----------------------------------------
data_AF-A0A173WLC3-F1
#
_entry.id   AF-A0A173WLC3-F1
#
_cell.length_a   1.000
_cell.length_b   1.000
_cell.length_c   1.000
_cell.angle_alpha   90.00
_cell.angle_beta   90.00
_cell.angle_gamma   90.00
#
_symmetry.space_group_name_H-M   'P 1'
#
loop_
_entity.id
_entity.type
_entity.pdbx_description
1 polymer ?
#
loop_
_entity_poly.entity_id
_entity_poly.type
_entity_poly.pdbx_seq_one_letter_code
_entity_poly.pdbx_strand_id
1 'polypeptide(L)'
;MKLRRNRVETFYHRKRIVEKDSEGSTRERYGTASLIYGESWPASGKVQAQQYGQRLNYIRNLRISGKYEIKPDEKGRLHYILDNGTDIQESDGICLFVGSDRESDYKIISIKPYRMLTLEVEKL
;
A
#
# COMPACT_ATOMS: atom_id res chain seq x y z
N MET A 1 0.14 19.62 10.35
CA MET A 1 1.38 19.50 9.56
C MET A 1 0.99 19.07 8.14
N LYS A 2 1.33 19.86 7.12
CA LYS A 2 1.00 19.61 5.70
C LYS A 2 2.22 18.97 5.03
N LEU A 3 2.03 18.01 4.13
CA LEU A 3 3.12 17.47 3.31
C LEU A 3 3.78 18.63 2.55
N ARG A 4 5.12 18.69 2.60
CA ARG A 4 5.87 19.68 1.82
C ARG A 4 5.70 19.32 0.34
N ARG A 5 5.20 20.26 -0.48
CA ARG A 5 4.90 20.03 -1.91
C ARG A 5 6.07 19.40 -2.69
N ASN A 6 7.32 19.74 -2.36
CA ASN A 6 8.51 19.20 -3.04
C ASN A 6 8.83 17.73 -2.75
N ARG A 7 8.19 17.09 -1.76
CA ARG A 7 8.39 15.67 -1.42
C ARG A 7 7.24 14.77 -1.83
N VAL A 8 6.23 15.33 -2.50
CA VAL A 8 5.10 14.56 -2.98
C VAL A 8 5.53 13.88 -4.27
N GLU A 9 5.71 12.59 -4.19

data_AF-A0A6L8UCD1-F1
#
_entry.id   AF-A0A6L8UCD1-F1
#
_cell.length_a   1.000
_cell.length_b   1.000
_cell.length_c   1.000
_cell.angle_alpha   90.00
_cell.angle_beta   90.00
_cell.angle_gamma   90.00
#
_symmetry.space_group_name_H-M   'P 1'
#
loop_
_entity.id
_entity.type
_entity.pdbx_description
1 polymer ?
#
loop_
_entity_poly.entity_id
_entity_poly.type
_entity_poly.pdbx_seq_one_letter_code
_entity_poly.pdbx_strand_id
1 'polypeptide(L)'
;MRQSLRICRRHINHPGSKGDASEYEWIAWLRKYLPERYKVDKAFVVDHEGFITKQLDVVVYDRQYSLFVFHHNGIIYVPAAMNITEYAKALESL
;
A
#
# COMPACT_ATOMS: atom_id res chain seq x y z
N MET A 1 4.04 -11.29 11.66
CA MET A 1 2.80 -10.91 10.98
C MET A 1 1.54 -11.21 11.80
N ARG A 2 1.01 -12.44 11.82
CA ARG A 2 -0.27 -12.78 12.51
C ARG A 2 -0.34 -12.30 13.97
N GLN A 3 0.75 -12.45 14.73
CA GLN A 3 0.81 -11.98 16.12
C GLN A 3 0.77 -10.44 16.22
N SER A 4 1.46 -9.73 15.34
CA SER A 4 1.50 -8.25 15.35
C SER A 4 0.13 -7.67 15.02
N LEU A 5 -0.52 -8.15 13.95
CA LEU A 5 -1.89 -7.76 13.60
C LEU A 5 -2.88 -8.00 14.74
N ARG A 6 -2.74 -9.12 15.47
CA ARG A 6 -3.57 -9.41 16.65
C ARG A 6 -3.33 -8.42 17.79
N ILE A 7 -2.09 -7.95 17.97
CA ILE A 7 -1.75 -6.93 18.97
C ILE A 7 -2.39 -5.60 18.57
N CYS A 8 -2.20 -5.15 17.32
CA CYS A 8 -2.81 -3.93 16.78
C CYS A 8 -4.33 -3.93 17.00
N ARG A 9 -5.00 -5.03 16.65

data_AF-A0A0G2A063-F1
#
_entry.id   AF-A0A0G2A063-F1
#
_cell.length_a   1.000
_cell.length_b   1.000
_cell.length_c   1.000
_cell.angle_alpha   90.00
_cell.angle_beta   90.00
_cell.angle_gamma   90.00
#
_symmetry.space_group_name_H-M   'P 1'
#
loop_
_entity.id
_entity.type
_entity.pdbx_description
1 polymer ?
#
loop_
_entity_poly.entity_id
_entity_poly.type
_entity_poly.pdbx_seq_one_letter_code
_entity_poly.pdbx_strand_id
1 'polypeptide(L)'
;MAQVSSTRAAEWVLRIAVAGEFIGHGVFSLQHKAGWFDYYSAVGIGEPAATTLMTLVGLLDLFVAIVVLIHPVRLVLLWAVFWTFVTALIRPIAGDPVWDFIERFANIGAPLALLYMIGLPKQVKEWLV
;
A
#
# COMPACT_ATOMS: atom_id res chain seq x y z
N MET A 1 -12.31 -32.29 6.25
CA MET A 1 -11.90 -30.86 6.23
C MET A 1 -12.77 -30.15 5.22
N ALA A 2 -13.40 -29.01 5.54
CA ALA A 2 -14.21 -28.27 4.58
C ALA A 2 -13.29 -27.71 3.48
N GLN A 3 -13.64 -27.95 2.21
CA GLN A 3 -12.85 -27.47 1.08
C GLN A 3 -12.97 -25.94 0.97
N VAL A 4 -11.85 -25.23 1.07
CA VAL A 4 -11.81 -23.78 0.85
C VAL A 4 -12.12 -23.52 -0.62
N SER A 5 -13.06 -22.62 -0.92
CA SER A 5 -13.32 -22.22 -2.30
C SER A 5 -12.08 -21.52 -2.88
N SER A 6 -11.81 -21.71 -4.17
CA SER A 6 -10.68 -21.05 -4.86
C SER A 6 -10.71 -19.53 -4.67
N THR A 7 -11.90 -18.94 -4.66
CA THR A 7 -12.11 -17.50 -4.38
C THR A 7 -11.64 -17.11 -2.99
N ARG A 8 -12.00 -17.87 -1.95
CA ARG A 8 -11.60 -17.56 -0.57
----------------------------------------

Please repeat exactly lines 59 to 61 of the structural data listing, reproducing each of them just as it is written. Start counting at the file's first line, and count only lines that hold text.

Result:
#
_cell.length_a   1.000
_cell.length_b   1.000